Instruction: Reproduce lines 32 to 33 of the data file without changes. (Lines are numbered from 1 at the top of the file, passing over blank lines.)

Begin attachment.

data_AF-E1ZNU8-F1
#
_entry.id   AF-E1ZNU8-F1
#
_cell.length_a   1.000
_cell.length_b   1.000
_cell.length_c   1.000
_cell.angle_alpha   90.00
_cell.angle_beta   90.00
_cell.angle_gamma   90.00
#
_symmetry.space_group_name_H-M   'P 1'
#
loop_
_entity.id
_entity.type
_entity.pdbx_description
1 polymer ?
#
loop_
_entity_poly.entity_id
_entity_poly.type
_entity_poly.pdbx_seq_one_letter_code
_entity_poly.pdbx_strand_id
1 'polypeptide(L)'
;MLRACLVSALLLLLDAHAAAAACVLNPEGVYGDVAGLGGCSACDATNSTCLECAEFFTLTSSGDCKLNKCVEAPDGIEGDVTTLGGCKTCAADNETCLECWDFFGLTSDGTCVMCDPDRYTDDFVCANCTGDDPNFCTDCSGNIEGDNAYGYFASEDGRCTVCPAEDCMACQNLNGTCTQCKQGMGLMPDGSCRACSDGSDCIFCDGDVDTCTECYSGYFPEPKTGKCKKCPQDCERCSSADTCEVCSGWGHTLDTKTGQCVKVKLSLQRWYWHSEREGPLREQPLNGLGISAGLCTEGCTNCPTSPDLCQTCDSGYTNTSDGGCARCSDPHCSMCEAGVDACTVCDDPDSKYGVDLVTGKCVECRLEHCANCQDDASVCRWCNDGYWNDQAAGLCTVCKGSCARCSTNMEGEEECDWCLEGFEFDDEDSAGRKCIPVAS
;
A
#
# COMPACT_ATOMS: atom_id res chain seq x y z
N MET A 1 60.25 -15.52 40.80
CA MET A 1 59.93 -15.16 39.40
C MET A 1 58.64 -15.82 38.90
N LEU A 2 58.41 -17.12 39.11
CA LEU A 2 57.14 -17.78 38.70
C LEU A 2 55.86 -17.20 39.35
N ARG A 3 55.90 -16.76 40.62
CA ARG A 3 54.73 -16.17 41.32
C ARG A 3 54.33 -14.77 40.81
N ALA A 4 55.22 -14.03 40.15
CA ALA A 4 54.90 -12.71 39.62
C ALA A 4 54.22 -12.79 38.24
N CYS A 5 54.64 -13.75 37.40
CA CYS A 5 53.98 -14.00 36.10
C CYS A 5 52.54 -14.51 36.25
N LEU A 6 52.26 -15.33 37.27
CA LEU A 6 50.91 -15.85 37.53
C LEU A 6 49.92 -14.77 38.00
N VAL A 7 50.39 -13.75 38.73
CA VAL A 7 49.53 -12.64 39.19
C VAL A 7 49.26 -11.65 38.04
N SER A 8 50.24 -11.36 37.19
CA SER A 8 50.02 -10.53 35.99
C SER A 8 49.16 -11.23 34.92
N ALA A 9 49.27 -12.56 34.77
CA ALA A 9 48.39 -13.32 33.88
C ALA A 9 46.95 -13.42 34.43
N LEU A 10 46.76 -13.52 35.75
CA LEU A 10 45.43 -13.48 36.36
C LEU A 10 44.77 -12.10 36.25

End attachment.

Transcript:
CA MET A 1 59.93 -15.16 39.40
C MET A 1 58.64 -15.82 38.90